Saturday, February 28, 2009

Chocolate Valentino with Caramel Ice Cream

The February 2009 challenge is hosted by Wendy of WMPE's blog and Dharm of Dad ~ Baker & Chef. We have chosen a Chocolate Valentino cake by Chef Wan; a Vanilla Ice Cream recipe from Dharm and a Vanilla Ice Cream recipe from Wendy as the challenge.

I've recently joined an online baking community called the Daring Bakers. About 70% of the food blogs i browse through are members of the Daring Bakers so I thought I'd join and see what all the fuss is about. Basically it's a community where bloggers/bakers get together every month and bake from the same recipe. You've got a whole month to prepare the assignment and there's also a forum where the bloggers can exchange tips and thoughts, guiding you step by step down the road of success. How could i say no to that, of course I was in! I finally have a forum to belong in... and can now leave JLo and his daily 3-hour NASIOC stare in peace. Lucky him =) .

My first Daring Bakers' challenge was a flourless chocolate cake (Chocolate Valentino) that contain only three ingredients, THREE! I was amazed at the final result, didn't know eggs could hold up so well. Still had some problems though; my cake was still wet and wobbly when the thermometer read 60C and had to bake an extra 10 minutes. The cake didn't set until it reached 85C. Hmm, dunno what happened there... i'll blame it on the crappy oven again, mehhh. Anyhoooo I'm not really a chocolate person so this cake wasn't for me. But for the die-hard chocolate lovers out there, this is definitely your slice of dense, fudgy heaven.

As for my first ice cream-making experience... I came to realize that ice-cream is just nothing but a big tub of FAT. I guess I've been in denial my whole life thinking ice-cream is just frozen milk... but when there's 3 cups of 10-30% cream sitting in front of you, you know you'll never enjoy a carefree, spirit-lifting scoop ever again. AHHHhhhh!!! I'm sticking to sorbets/yogurt from now on. =( But if you set the ass-doubling issue aside, being able to make your own ice-cream with a texture similar to the ones store-bought is gonna make you one happy person. Can't wait to experiment on more flavors, eeek!

Chocolate Valentino (Flourless Chocolate Cake)
a Daring Bakers' Challenge
  • 16 ounces (454 grams) of semisweet chocolate, roughly chopped
    (use milk chocolate for a sweeter cake)
  • ½ cup plus 2 tablespoons (146 grams total) of unsalted butter
  • 5 large eggs, separated

  1. Put chocolate and butter in a heatproof bowl and set over a pan of simmering water (the bottom of the bowl should not touch the water) and melt, stirring often [picture 1, 2, 3].
  2. While your chocolate butter mixture is cooling, butter your pan and line with a parchment circle then butter the parchment [picture 4].
  3. Separate the egg yolks from the egg whites and put into two medium/large bowls [picture 5].
  4. Whip the egg whites in a medium/large grease free bowl until stiff peaks are formed (do not over-whip or the cake will be dry) [picture 6].
  5. With the same beater beat the egg yolks together [picture 7].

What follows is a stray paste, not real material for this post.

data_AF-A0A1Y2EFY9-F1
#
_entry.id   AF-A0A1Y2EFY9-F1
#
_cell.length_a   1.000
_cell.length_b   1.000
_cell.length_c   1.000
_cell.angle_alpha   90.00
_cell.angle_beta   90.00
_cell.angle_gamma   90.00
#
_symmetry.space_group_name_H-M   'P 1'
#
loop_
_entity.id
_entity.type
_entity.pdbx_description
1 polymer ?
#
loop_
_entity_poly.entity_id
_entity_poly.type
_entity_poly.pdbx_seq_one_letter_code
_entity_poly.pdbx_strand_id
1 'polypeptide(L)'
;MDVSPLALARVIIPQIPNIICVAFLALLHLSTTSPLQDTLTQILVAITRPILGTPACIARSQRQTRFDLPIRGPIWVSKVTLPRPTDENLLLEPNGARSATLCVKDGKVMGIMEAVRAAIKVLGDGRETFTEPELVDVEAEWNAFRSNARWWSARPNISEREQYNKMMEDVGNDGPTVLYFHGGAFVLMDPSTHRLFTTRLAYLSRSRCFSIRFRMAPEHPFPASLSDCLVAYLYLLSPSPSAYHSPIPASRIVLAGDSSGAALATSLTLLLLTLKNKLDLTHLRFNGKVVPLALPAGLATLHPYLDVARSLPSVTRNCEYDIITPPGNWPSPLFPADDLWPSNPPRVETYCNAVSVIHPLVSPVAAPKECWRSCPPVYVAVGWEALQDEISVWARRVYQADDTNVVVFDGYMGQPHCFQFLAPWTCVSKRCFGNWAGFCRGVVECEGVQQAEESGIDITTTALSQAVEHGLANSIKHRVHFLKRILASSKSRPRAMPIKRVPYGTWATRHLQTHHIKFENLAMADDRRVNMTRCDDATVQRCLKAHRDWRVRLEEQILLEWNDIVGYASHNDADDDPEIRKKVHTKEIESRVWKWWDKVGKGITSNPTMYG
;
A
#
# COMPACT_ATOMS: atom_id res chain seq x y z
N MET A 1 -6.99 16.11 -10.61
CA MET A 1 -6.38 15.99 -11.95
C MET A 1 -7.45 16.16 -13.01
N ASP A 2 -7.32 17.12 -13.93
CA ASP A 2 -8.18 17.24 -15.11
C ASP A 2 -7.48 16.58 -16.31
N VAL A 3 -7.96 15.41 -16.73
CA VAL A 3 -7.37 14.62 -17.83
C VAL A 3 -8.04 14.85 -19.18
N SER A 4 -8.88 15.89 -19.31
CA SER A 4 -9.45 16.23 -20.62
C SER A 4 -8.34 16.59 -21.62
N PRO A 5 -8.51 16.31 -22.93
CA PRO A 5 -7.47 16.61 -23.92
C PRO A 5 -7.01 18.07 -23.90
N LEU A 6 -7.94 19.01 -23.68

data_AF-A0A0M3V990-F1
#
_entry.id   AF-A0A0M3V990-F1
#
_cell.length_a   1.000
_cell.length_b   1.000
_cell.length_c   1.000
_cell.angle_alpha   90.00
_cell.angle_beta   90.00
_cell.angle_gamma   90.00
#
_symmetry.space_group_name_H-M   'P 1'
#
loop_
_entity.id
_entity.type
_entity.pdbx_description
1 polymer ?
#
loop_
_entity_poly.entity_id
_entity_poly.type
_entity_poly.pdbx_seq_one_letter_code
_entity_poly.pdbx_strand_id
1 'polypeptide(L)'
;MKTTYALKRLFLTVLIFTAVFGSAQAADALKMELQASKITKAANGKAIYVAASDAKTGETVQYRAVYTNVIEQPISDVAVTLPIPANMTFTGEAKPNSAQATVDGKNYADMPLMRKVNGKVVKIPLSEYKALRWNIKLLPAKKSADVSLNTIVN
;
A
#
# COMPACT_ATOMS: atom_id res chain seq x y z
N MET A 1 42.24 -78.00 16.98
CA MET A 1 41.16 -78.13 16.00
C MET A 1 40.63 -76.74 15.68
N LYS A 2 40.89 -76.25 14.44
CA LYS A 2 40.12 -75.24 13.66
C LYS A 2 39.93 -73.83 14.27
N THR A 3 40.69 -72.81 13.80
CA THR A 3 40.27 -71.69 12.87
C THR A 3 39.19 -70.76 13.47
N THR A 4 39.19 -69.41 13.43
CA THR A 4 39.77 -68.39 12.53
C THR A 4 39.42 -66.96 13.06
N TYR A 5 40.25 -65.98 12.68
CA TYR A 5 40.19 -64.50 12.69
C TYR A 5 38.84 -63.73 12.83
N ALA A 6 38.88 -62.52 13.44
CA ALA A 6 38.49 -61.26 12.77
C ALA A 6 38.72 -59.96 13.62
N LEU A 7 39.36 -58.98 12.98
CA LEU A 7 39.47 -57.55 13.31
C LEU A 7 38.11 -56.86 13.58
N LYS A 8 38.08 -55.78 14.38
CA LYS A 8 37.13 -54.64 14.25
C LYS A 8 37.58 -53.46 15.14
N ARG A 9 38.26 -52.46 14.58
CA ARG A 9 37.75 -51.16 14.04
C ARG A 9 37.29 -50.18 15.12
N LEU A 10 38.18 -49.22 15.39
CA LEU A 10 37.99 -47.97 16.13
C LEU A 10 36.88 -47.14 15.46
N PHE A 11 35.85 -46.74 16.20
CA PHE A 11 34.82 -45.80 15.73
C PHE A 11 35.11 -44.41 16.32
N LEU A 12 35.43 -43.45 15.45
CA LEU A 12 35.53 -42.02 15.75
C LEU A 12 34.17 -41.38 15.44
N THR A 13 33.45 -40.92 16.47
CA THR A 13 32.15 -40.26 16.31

6. Add the egg yolks to the cooled chocolate[picture 8].
  7. Fold in 1/3 of the egg whites into the chocolate mixture and follow with remaining 2/3rds. Fold until no white remains without deflating the batter [picture 9].
  8. Pour batter into prepared pan, the batter should fill the pan 3/4 of the way full, and bake at 375F/190C [picture 10].
  9. Bake for 25 minutes until an instant read thermometer reads 140F/60C [picture 11] (my thermometer read 85C when done). If you do not have an instant read thermometer, the top of the cake will look similar to a brownie and a cake tester will appear wet.
  10. Cool cake on a rack for 10 minutes then unmold [picture 12].
  • This recipe comes together very quickly with a hand mixer.
  • This is a very decadent cake that will sink a little as it cools but will still hold its shape.
  • The top forms a light crust, kind of like a brownie.
  • The cake will taste exactly like the chocolate you use, so use your favorite!

Flourless Chocolate Cake: Chocolate Valentino

Caramel Ice Cream (without a machine)
a Daring Bakers' Challenge and serving ice cream
  • 2 cups (473 ml) of half and half (or 10-18% fat cream)
  • 1 cup (237 ml) heavy cream (30% fat cream)
  • 2/3 - 1 cup sugar
  • Dash of salt
  • 1 (12 grams) tablespoon of vanilla
  1. Place the sugar in a saucepan and set over low heat until it melts and turns honey-brown (DON'T BURN IT!). Remove from heat [picture 1, 2].
  2. Slowly and carefully, add the 10-18% cream to caramelized sugar [picture 3]. Be careful- the mixture will splatter and the sugar will turn hard. Don't worry!
  3. Stir mixture over low heat until it becomes smooth again [picture 4].
  4. Mix in the heavy cream and stir until well mixed and smooth [picture 5].
  5. Remove from heat and allow mixture to cool [picture 6].
  6. Once cool, chill mixture in the fridge for at least 1 hour [picture 7].
  7. Place the chilled ice cream mixture in the freezer for 30 minutes [picture 8].
  8. Beat ice cream mixture with an electric mixer until smooth (you can use a fork instead of an electric mixer, but the ice cream will be less smooth and creamy) [picture 9].
  9. Place ice cream in the freezer for 40 minutes- then beat with an electric mixer [picture 10].
  10. Repeat "40 minute freeze-then-beat cycle" 3 times. This should total 2 1/2 hours of freezing.
  11. You can choose to either beat your ice cream mixture every 40 minutes until frozen or let your ice cream mixture freeze on its own. Either method works fine. The more you beat it, the softer it will be. Total freezing time can take anywhere between 3-5 hours.
Caramel Ice Cream (without a machine)

Friday, February 27, 2009

Homemade Marshmallows